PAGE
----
4. I hear what you are saying, Chris. But it is important to have one or two stars to build around. It is very difficult to obtain stars. I don’t know if Howard is still a star or is having a bad two years for various reasons. But he sure doesn’t appear to be playing like one. But let’s assume he can get back to the D12 of old. If Kobe is truthful about his 1-2 years left on this mortal basketball earth then the Lakers need someone else to build around so that they don’t go through the 1990s drought between the end of showtime and the Shaq-Kobe era. My view is that Kobe can bitch all he wants about D12 toughness and clown act, but D12 is the future and Kobe is, sorry to say, nearing the past, for better or for worse. Management understands that forward thinking about renewal keeps the Lakers relevant.

    • But at the same time, if the drama king doesn’t want to be in LA, it’s a waste of effort and time towards building that future if he doesn’t want to be here/his heart’s not in it.

  5. It would suck but if they really want to keep Howard, they should just shut it down, eat the lost season and have him have his shoulder surgery now, let his back heal completely so that come next season, he’s 100% and can come out firing on all cylinders.

    That said, even if he was completely healed, every single thing in the world aligned to his liking, Howard strikes me as a guy that’s a complainer and he’ll still have something to say or whine about, even at 100% and a big max deal.

  6. Could you get Noah and Hamilton from the Bulls for Howard?

  7. do the nets want him? They have an all star center, and they have a pg star who is wildly underperforming. The interesting question is what does brooklyn see happening with deron? Two years of awful (not sub par, but awful) play has make them wonder. Lopez is the best player on the team….WHY would they move him`? Howard’s value has taken a big hit, attitude but far more importantly his medical condition. Nobody has missed the catastrophe in Philly with Bynum. I think atlanta would try….but they know he doesnt want to be there. Brooklyn……..well, i think that boat has sailed.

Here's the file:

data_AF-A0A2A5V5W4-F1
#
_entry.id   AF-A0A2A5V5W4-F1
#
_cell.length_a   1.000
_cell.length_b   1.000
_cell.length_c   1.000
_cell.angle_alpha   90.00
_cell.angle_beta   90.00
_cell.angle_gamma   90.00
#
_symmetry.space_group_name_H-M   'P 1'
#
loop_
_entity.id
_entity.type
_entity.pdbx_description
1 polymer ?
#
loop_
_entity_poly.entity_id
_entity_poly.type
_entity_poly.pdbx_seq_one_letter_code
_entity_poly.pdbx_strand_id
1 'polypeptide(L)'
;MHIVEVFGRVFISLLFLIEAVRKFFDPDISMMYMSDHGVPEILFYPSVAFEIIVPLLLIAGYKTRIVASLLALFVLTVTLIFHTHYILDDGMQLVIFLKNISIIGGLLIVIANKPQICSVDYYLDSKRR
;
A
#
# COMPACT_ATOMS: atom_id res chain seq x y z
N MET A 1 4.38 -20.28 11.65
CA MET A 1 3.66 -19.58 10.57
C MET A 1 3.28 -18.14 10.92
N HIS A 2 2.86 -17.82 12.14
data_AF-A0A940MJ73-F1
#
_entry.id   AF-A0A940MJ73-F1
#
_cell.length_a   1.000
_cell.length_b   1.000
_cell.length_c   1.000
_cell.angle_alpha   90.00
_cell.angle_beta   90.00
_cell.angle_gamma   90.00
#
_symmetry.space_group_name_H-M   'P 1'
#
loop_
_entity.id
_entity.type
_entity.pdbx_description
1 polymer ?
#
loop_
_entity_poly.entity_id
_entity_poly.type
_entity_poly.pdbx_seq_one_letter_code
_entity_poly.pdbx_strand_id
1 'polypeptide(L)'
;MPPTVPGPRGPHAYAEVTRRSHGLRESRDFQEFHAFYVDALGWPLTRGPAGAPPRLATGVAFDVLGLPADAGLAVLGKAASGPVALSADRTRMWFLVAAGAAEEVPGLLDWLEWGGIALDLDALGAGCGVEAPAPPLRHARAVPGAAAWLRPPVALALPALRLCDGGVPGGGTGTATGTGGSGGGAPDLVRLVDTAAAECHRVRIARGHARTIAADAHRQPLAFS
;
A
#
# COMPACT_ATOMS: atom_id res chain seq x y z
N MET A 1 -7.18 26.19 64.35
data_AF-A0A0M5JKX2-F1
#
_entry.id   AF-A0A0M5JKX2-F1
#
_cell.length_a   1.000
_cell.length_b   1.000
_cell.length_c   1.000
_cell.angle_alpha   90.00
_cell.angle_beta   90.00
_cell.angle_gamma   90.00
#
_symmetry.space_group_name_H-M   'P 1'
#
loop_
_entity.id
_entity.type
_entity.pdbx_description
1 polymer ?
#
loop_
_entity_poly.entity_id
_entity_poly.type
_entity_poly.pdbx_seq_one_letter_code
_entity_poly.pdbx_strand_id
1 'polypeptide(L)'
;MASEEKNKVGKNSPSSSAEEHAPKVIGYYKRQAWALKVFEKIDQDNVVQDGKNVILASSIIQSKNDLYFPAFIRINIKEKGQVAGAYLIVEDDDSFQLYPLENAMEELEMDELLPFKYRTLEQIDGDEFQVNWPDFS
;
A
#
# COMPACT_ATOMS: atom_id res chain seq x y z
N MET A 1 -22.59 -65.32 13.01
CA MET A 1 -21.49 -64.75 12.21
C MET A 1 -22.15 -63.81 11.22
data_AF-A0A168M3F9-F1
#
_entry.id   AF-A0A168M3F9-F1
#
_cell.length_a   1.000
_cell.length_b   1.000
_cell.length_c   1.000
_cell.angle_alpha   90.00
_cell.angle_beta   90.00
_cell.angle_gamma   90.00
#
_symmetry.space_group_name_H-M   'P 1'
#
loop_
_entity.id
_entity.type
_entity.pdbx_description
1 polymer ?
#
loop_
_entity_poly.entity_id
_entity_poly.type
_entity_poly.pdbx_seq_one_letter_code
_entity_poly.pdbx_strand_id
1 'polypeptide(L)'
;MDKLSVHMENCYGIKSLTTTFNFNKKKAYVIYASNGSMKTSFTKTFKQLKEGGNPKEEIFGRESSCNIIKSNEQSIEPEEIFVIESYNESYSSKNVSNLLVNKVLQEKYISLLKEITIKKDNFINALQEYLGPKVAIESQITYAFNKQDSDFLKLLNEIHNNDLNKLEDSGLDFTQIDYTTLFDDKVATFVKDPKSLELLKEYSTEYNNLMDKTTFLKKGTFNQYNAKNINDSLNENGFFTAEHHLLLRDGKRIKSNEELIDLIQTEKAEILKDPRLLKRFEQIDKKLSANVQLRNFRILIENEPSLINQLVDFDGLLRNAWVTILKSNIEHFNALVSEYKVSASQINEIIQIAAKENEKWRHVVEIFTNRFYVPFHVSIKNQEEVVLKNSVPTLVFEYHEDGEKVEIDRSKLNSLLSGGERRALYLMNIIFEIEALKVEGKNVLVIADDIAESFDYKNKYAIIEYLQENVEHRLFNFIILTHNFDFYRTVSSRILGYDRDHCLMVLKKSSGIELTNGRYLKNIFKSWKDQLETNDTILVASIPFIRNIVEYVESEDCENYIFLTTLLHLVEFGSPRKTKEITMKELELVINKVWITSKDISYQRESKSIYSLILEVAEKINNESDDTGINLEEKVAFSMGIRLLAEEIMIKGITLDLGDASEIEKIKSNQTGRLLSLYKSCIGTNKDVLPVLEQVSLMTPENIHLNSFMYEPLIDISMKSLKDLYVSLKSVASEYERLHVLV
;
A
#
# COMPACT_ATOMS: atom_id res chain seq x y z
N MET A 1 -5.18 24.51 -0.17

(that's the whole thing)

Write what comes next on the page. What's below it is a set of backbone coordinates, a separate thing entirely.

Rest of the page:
8. Lakers would have been better off if already out of playoff picture. Now they can’t think clearly. LAL would have to go 20-8 rest of way to finish 4 games above 0.500 at 45-37.
    I see them losing to Boston on Wed, so then they would have to go 20-7.

    The best option for LAL at that point would be to punt season and hope that Boston (going for a last run in East) would trade Rondo for Howard. What would then happen to Nash?

  9. The trade deadline could be Wild, but the reason LAL may not trade Howard, is that they won’t get fair value for him. Nets Refuse to Give up Lopez in an even trade or Via Minny/Love.

    Boston wouldn’t give up Rondo and KG would refuse a trade. Not many other teams would risk renting Howard for 2-3 months.